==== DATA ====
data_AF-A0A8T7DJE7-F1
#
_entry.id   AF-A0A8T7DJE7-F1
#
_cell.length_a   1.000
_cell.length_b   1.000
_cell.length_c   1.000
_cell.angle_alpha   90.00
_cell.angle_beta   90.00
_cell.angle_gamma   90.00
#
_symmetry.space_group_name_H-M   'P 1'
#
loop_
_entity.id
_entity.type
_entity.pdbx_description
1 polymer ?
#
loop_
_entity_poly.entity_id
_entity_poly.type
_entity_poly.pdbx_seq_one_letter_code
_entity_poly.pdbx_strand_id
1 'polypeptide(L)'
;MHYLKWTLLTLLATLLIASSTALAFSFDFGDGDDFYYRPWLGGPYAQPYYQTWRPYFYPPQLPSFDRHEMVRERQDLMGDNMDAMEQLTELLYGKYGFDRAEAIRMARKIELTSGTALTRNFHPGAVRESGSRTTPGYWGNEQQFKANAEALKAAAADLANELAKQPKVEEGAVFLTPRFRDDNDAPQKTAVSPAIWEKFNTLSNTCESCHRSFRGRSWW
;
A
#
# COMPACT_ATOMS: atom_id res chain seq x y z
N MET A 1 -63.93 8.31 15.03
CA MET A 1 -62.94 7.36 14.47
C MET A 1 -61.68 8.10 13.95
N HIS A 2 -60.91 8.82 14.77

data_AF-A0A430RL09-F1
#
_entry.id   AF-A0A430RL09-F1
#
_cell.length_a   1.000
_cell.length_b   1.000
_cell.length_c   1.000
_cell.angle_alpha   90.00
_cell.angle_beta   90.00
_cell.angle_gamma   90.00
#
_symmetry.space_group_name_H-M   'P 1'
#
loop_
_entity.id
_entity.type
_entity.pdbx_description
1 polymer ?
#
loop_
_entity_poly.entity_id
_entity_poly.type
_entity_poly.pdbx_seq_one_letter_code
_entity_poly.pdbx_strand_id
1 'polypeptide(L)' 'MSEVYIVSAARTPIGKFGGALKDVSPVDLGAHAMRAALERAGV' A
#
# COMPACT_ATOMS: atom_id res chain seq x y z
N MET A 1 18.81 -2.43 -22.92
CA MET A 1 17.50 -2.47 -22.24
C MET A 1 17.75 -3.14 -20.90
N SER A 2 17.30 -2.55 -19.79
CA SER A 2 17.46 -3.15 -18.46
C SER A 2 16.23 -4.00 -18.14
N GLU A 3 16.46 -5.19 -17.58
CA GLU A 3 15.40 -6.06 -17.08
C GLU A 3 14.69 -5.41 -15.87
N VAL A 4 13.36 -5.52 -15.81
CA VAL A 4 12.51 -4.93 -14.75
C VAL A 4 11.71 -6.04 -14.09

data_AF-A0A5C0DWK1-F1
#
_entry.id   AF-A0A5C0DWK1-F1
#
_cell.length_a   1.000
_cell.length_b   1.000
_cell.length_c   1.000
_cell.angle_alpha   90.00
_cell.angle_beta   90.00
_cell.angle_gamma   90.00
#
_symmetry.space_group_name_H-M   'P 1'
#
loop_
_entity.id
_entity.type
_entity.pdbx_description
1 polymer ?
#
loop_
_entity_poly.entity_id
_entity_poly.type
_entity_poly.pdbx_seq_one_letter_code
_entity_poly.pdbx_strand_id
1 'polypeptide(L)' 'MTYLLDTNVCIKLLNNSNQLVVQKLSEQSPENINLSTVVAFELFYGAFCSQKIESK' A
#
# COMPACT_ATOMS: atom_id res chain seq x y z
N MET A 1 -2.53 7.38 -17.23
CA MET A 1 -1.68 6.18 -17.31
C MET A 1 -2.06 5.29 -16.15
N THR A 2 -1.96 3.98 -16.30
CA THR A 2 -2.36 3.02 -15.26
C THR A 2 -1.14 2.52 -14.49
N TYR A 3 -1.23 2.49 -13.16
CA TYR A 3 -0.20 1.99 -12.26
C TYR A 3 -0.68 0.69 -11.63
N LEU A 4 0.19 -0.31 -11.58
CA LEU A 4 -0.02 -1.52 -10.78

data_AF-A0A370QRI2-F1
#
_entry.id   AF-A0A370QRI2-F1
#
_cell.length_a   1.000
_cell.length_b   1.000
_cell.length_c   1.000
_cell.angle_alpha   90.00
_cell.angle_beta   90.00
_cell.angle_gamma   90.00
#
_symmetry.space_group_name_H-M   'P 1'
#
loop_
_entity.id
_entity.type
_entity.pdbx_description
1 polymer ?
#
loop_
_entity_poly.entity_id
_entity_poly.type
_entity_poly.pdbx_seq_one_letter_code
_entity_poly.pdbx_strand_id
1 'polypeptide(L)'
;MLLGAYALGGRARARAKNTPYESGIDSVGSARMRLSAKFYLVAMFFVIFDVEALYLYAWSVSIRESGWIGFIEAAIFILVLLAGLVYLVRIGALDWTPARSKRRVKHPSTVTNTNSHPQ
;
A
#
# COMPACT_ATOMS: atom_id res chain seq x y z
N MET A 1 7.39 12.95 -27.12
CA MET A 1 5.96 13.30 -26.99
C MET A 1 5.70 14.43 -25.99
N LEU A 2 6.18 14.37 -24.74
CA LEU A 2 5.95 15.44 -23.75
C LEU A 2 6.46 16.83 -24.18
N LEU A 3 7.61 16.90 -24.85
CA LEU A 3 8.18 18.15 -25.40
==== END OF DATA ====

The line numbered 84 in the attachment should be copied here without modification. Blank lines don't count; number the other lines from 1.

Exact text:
#